Members of the Hand in Hand team went to CSI knowing that they wanted to re-examine their language acquisition model. They had the “why.” Working together over the course of the conference, they dug into the school’s driving principles, its data and its goals, seeking to formulate the “how.” They left understanding that a sudden, unilateral change to their language acquisition model would not be compatible with the schools’ goals.

For the Hand in Hand team, time spent hearing from AFT members who work in bilingual settings proved invaluable to the work of envisioning not just a new language acquisition model, but a culturally responsive plan to roll out the new model and help it succeed. In work sessions, feedback groups, even over lunch, staff from Hand in Hand heard from educators from places like Austin, Texas, about how dual-language immersion works for their students and communities. “Our experience at the CSI conference was amazing,” said Hand in Hand Education Department Director Inas Deeb. “Hand In Hand is deeply thankful for this outstanding opportunity that is powerful and gives us more practical tools to handle the challenges we face in our schools.”

“Truly life changing” sessions

Although planning and collaboration take center stage at CSI, participants also raved about this year’s deeper-dive modules and plenary sessions, calling the session on restorative practices and trauma-informed schools “truly life changing” and clamoring for continued training on culturally responsive pedagogy. They gave a standing ovation to the four youth activists who joined Education Austin President Ken Zarifis for a panel discussion on the power of young people to create change, calling their insights inspirational and eye-opening. Heeding the warning that young activists must not be treated as “window dressing,” and vowing to check their tendencies to “adultsplain,” educators came away from the panel discussion humbled and energized.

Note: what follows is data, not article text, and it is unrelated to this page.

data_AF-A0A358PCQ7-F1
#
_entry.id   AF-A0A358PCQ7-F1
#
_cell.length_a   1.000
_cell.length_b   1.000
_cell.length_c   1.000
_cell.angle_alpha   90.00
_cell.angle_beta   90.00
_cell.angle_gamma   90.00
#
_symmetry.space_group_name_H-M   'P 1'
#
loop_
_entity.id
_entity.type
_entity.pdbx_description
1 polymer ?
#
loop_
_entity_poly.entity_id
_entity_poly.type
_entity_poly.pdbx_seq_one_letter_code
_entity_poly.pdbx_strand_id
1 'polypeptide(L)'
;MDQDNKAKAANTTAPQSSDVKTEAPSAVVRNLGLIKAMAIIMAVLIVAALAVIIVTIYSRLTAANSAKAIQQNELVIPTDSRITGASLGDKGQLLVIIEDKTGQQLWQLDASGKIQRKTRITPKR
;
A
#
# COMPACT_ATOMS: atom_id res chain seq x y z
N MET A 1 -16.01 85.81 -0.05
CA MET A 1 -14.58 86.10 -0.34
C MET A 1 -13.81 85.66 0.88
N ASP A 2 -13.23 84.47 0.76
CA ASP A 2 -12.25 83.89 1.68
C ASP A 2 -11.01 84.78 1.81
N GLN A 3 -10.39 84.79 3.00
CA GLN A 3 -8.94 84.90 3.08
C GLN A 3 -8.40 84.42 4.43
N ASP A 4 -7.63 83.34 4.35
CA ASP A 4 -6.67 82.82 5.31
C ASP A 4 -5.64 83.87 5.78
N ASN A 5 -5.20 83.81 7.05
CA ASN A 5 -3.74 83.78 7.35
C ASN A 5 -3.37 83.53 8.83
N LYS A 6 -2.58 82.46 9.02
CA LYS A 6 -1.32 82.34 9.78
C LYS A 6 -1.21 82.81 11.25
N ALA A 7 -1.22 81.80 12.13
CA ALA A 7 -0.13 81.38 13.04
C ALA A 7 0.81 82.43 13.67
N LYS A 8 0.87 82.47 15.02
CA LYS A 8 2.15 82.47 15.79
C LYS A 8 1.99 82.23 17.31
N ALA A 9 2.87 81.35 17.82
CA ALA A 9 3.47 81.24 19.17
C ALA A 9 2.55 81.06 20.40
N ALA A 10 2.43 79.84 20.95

Attendees also had a chance to hear from AFT President Randi Weingarten and UFT President Michael Mulgrew, who shared more about how unions are driving the national conversation around revitalizing education. “The union is the vehicle to build the power that educators need,” Weingarten told the CSI crowd. “We build that power by engaging members and communities around our shared values and aspirations. We saw this in Los Angeles, we see it here in New York, and we see it in the many labor-management partnerships among all of you. We have created community inside and outside the union—by building coalitions, waging campaigns, and reconnecting.  By working together, we accomplish what is impossible to achieve alone.”

Weingarten also spoke about the AFT’s renewed focus on ensuring that schools—pre-K through college—and other public services secure the resources necessary to make a difference in people’s lives. She closed by thanking those assembled for their tireless dedication to creating safe and welcoming schools, invoking the powerful words of former AFT President Sandy Feldman: “Teachers want what children need.”

Before leaving the conference, CSI teams shared the top-line details of the actions plans they’ll be pursuing back home. From Education Austin, which will be strategically building grass-roots support for districtwide restorative practices and community schools initiatives, to the Washington Teachers’ Union, which will be working in partnership with an all-girls K-8 academy to transform school culture, teams left with concrete plans and a promise of support and accountability from the AFT. The 2019 CSI Leadership Institute may be over, but the hard and important work of school improvement continues. 

[Leilah Mooney Joseph]